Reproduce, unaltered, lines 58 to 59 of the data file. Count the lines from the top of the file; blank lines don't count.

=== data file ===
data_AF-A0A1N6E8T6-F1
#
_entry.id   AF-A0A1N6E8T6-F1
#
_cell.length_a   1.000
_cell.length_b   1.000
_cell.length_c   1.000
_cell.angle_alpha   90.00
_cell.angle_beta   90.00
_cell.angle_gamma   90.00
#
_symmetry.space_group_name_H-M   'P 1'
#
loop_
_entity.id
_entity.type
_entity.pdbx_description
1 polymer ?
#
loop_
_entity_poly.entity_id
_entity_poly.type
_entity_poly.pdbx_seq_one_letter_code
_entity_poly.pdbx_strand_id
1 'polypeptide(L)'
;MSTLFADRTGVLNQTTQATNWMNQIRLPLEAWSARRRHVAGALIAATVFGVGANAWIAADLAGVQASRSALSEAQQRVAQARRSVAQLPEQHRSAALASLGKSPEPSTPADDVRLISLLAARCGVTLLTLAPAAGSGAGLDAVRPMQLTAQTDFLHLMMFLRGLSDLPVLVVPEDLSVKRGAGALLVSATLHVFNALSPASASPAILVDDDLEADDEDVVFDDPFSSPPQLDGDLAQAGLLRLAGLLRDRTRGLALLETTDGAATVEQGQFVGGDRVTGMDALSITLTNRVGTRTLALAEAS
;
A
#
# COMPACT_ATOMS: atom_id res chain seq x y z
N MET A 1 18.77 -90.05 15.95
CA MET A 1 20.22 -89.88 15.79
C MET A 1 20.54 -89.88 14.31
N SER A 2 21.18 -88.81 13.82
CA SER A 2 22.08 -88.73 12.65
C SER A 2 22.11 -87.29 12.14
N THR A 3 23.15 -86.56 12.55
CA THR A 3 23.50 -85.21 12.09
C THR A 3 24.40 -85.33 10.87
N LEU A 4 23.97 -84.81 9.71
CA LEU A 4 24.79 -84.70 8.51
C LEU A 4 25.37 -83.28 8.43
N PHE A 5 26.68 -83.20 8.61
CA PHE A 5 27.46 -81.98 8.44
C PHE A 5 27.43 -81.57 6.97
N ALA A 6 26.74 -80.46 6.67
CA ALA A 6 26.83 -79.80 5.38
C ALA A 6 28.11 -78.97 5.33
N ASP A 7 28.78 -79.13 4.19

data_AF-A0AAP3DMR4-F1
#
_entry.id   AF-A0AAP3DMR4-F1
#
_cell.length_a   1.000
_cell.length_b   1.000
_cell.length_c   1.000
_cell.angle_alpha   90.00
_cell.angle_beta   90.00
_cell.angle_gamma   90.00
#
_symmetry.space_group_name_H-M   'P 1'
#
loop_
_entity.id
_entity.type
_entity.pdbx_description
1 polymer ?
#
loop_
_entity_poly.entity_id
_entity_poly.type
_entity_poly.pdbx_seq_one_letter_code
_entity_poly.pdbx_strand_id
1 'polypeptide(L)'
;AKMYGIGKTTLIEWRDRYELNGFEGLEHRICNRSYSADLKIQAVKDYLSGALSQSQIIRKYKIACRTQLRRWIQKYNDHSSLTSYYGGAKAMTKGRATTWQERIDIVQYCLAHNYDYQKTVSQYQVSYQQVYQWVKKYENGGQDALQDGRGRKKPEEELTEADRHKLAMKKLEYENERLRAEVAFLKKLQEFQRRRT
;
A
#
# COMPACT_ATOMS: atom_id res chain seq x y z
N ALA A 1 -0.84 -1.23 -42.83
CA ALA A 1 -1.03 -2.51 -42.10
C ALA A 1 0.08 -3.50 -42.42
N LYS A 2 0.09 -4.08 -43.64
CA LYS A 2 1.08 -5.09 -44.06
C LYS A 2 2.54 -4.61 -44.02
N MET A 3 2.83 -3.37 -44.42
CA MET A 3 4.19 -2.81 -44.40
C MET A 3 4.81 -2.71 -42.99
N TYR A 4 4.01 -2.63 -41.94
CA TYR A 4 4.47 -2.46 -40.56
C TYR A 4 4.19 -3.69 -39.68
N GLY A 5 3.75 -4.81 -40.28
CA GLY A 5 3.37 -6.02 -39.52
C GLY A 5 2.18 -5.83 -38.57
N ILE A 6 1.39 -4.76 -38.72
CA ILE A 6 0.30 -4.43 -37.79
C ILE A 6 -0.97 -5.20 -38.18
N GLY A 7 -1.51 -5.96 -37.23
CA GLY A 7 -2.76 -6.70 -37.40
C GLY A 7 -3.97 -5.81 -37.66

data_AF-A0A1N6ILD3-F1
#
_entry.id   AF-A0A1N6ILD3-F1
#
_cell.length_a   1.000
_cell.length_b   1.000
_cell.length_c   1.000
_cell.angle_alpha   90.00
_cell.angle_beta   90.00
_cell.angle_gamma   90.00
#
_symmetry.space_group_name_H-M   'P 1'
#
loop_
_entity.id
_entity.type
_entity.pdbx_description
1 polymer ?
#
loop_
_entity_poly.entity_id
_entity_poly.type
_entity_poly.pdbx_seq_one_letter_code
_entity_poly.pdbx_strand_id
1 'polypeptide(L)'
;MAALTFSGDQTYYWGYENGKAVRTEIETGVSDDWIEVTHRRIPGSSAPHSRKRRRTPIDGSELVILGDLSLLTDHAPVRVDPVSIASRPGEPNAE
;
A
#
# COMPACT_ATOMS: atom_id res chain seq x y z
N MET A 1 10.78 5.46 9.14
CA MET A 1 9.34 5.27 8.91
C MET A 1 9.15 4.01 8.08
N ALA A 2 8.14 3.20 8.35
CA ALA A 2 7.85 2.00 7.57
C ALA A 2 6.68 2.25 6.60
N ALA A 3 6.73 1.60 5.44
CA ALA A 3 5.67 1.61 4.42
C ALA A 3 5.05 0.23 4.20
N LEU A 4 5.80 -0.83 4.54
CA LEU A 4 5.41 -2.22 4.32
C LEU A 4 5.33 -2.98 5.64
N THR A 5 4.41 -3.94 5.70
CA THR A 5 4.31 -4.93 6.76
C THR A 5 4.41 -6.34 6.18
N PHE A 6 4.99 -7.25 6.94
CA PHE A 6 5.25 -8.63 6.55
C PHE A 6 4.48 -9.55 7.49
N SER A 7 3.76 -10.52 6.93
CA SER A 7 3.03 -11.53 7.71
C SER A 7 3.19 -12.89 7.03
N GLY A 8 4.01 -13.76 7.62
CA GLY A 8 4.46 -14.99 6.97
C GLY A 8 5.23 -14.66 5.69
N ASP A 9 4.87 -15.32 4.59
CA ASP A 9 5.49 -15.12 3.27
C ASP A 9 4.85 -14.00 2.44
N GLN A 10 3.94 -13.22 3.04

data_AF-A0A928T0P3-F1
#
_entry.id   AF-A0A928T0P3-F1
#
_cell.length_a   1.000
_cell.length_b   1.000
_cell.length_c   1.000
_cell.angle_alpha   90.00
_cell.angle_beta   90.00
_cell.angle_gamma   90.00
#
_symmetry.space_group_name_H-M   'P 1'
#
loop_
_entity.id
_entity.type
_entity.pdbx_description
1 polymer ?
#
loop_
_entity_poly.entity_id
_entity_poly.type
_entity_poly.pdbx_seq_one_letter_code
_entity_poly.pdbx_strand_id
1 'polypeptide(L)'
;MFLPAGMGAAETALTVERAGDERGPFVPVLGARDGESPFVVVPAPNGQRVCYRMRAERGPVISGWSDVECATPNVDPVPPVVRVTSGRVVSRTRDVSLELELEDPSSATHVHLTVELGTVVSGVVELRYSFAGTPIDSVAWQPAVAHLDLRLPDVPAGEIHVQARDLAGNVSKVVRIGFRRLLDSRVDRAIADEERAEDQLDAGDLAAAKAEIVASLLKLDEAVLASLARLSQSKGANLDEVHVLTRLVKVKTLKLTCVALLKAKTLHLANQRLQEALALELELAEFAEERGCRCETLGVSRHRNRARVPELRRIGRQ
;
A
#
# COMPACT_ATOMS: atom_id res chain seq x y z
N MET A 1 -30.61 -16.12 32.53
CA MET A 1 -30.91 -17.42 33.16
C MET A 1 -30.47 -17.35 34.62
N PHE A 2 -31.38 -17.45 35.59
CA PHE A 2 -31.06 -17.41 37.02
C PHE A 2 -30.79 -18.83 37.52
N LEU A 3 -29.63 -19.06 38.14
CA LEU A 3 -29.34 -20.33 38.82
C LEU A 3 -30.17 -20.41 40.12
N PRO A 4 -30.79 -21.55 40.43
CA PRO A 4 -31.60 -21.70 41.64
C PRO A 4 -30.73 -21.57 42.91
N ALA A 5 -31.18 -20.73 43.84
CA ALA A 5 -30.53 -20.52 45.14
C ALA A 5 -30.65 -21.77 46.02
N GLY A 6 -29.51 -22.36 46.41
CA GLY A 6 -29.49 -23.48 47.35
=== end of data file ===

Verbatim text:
_cell.angle_beta   90.00
_cell.angle_gamma   90.00